Climate impact from nitrous oxide emission - a Danish case
A Status on Emissions Monitoring
All larger Danish wastewater treatment plants (WWTPs) as well as many European plants strive for energy neutrality or even net energy production through energy savings and increased biogas production. However, ample scientific studies emphasize the importance of taking the WWTPs' emission of the greenhouse gas, nitrous oxide (N2O), into account to assess the environmental and climate impacts.
Toward climate neutrality
In Denmark, the government has announced process emission regulations, which will drive a gradual shift from energy neutral toward climate neutral. This serves as an example of how government or sectoral investments can strongly boost the shift towards climate neutrality in the water sector.
The Role of Wastewater Treatment Plants
One of the most important roles of WWTPs is the removal of nitrogen and phosphorous based nutrients. Otherwise, in large concentrations, this may lead to eutrophication of the receiving water bodies. With the EC’s Nitrates Directive and the Danish national water environmental strategies, WWTPs have reduced nutrients in the effluents significantly.
How N2O is formed
Microorganisms remove nitrogen by transforming ammonium (NH4+) to nitrate (NO3-) and subsequently to free molecular nitrogen (N2), which is emitted to the atmosphere. There are several intermediate chemical compounds and potential by-products in the reaction path from NH4+ to N2. One of these is N2O.
However, with the right optimization, there is no significant emission of N2O, as the compound is quickly transformed into other nitrogenous compounds. However, under certain operational conditions, an accumulation of N2O in large concentrations may occur. This leads to emissions that contribute significantly to the total climate impact (carbon footprint) of the WWTPs.
Nitrous oxide is 298 times stronger greenhouse gas than CO2
Several case studies have shown that the climate impact from N2O emission is comparable to, or even larger than, the climate impact from the energy used at WWTPs. When the WWTPs reduce their energy consumption, it becomes even more important to take N2O emission into account. This is especially because single-sided energy optimizations can be shown to increase the emission of N2O. Furthermore, in the future a substantial part of the electricity will be based on green sources, whereby the climate impact fraction from N2O will increase compared to present values.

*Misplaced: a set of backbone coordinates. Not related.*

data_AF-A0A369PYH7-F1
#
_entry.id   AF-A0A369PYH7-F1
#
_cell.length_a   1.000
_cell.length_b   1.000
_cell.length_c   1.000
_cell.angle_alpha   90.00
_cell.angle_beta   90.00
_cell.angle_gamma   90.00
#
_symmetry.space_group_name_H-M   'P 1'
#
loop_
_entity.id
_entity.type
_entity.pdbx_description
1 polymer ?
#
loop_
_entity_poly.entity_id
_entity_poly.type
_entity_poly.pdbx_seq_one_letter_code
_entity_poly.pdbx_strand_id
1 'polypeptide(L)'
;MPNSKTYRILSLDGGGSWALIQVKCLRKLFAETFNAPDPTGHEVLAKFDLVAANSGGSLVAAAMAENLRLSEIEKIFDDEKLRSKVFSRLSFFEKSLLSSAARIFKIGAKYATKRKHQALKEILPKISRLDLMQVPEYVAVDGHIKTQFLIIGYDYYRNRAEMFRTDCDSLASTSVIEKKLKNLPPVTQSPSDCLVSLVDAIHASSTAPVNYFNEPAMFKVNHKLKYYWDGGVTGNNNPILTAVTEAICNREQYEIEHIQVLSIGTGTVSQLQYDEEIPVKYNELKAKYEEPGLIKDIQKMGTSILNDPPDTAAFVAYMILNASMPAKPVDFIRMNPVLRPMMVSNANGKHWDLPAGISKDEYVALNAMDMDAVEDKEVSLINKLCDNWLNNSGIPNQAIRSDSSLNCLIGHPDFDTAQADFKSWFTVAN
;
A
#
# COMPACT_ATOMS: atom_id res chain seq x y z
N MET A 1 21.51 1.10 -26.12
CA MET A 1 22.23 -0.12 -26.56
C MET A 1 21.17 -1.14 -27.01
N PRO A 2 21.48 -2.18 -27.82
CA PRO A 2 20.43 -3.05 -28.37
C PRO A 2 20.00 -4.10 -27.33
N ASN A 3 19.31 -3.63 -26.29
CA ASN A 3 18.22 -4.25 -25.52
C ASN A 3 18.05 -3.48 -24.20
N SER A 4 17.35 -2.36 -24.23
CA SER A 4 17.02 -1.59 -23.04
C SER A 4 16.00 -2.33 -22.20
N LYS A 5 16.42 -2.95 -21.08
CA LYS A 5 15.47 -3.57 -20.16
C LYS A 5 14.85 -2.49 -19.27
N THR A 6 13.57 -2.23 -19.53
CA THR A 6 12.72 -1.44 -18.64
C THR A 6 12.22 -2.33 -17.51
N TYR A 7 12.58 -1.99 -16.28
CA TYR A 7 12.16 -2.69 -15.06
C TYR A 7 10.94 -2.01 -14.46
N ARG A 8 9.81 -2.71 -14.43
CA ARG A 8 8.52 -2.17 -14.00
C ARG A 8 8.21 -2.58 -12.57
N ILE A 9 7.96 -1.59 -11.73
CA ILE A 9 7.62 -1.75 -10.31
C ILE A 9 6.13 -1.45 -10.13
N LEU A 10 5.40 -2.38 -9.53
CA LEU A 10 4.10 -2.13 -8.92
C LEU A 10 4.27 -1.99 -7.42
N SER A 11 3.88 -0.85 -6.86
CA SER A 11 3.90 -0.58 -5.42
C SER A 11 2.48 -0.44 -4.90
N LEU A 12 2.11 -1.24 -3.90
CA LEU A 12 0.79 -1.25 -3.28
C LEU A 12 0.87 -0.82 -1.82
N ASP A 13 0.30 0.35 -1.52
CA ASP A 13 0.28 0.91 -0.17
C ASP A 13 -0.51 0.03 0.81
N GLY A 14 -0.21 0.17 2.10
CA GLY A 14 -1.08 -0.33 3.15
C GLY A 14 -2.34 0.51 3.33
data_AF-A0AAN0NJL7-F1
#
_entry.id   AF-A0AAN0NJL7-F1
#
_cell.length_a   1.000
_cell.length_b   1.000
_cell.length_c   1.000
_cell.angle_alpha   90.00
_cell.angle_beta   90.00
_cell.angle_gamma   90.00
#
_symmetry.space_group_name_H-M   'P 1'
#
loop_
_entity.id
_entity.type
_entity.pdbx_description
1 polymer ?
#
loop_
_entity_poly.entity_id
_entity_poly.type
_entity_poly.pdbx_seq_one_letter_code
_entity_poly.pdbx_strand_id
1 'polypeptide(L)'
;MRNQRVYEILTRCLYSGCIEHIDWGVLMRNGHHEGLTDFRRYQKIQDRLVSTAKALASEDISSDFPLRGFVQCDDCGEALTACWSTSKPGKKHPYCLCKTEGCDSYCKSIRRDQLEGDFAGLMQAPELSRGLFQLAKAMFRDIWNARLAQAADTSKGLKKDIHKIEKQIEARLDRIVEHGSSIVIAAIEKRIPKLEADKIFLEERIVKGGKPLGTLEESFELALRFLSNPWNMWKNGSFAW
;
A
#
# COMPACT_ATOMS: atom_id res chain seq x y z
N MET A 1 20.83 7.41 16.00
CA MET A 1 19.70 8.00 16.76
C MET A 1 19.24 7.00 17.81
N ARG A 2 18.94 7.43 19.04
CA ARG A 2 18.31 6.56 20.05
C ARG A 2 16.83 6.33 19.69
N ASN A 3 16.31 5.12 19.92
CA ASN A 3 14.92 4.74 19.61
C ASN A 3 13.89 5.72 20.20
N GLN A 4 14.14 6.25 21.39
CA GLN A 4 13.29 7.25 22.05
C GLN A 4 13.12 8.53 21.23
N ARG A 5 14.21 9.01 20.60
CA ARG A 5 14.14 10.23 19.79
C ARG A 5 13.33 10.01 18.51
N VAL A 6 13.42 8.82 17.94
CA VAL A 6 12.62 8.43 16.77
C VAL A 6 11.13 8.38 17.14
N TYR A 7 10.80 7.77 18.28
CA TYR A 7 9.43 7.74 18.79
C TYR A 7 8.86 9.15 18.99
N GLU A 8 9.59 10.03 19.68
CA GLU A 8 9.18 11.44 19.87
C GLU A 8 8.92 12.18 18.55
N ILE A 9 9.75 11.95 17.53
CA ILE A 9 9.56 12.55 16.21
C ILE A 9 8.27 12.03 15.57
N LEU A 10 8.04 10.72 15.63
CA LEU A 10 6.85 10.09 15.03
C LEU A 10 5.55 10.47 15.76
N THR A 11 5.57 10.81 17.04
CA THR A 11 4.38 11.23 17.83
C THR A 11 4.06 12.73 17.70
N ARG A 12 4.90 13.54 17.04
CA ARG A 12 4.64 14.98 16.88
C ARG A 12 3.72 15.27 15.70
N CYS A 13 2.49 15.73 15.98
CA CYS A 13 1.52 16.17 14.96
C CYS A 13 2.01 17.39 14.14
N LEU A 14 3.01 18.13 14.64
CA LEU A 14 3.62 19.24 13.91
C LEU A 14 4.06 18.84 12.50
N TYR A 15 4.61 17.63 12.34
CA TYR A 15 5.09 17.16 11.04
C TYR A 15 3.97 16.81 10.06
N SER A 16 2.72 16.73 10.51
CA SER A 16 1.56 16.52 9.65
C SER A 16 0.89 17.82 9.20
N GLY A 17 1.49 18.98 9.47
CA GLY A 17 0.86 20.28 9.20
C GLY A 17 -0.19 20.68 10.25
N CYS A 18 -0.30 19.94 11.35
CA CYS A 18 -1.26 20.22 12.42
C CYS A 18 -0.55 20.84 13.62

Variations among WWTPs
Many studies indicate that there are strong variations of the N2O emissions among WWTPs. Recent efforts have expanded the knowledge of N2O emissions from Danish WWTPs. However, it is necessary to further monitor the N2O emission at individual plants to estimate the full potential for optimizations and climate impact minimizations.
Energy neutrality vs. climate neutrality
An energy neutral WWTP produces more energy than it consumes, or it is at least self-sufficient with sustainable green energy. But, a climate neutral WWTP has no or a negative carbon footprint of operation. This means that the energy and process related greenhouse gas emissions (fossil CO2, CH4 and N2O) are considered in the total carbon footprint.
2020 vs. 2030: CO2 emission
Figure 1 compares a present 2020 and future 2030 scenario of the contribution to the CO2 emission from WWTPs. Energy will increasingly stem from sustainable sources based on green technologies that significantly lower the CO2 emission from energy consumption. N2O will thus be a major contributor to the CO2 emission from WWTPs. To achieve climate neutral wastewater treatment, plants will need to focus on reduction of N2O emission instead of energy production. Thus lowering the climate impact from nitrous oxide emission.